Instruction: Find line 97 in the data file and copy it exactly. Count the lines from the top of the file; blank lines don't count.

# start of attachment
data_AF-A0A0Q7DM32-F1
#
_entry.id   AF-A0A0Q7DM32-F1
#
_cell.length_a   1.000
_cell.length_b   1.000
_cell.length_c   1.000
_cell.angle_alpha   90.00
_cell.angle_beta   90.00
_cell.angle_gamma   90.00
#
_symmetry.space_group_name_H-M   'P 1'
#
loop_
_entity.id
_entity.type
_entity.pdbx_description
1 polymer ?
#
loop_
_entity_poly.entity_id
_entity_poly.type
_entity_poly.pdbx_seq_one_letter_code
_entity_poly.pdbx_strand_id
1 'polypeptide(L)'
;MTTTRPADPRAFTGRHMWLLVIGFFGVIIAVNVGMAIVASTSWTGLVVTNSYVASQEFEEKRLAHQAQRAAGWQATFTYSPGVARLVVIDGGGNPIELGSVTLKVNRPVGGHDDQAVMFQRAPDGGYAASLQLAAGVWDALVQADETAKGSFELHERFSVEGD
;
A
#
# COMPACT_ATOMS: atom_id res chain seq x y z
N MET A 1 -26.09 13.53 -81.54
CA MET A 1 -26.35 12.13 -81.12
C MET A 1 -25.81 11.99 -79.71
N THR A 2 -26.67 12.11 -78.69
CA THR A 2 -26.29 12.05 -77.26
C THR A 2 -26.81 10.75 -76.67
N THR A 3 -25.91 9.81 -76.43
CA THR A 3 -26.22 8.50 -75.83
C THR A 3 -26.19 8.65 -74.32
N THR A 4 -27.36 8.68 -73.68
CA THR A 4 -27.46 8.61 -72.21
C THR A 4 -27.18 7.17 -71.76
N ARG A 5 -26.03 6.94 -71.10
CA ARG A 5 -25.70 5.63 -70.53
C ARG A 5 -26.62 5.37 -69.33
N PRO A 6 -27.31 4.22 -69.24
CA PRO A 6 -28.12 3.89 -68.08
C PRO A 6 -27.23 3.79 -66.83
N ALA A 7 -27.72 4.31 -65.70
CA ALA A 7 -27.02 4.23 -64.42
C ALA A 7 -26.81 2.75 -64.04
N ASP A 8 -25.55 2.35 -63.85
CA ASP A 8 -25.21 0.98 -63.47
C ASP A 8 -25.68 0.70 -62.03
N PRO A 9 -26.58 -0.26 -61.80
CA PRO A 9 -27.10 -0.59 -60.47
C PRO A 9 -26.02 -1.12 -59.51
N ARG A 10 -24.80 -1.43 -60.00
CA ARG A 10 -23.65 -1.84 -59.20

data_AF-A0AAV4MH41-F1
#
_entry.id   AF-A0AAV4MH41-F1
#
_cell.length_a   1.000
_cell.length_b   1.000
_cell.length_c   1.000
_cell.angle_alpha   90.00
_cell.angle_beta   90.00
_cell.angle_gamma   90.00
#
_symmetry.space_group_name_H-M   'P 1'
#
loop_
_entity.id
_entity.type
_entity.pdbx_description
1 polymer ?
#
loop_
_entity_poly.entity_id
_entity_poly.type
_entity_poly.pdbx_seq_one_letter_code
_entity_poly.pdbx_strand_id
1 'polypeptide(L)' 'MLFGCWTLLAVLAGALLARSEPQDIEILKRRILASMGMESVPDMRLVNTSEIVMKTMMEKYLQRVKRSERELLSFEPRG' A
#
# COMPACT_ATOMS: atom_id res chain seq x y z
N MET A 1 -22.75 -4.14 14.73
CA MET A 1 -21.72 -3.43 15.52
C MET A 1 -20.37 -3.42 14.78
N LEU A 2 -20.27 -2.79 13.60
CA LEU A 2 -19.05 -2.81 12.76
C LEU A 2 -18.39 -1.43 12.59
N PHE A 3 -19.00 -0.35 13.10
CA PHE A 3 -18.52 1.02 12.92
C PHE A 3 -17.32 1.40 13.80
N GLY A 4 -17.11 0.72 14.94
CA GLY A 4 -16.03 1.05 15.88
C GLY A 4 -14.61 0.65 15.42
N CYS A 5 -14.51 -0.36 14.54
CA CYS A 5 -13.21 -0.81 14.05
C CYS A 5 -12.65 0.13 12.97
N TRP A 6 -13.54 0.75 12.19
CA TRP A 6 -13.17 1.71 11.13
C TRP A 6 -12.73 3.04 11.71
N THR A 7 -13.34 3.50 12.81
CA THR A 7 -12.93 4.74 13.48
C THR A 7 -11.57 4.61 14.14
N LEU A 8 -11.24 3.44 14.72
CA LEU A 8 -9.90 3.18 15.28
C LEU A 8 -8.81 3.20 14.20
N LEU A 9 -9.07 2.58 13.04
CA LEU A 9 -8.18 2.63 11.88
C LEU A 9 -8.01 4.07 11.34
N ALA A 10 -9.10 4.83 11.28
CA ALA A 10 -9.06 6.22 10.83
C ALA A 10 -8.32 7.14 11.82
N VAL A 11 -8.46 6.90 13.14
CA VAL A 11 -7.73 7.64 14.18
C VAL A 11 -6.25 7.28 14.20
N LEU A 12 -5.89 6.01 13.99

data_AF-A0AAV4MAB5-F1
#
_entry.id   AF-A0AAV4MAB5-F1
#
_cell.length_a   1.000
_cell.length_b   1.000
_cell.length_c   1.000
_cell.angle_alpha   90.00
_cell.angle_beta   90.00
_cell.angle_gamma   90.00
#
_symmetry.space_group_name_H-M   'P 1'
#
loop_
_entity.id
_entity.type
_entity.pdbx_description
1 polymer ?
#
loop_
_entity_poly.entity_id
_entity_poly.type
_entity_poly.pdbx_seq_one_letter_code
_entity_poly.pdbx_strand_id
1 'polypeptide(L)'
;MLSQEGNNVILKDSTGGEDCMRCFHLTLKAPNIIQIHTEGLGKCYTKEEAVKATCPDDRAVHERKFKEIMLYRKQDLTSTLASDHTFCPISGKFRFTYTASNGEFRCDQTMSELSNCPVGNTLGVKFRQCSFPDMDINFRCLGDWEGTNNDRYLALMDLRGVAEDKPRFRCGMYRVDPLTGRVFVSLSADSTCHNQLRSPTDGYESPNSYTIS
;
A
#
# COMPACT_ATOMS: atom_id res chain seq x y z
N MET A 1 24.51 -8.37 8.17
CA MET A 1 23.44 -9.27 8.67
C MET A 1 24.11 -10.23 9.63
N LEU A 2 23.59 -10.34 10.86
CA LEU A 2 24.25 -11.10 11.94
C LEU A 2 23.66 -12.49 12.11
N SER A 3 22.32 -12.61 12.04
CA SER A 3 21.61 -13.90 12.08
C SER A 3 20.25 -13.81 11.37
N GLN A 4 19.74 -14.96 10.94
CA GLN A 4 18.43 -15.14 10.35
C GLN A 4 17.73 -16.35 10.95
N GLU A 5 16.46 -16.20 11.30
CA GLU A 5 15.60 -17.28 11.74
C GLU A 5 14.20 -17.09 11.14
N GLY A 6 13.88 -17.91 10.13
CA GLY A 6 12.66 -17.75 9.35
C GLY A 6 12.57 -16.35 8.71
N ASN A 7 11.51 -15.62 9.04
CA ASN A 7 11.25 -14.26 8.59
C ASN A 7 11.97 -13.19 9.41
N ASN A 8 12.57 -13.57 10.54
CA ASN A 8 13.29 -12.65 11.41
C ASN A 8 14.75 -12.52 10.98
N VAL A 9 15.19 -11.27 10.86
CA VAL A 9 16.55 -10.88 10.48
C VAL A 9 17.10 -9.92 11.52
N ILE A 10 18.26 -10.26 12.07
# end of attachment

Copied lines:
CA GLY A 4 -16.03 1.05 15.88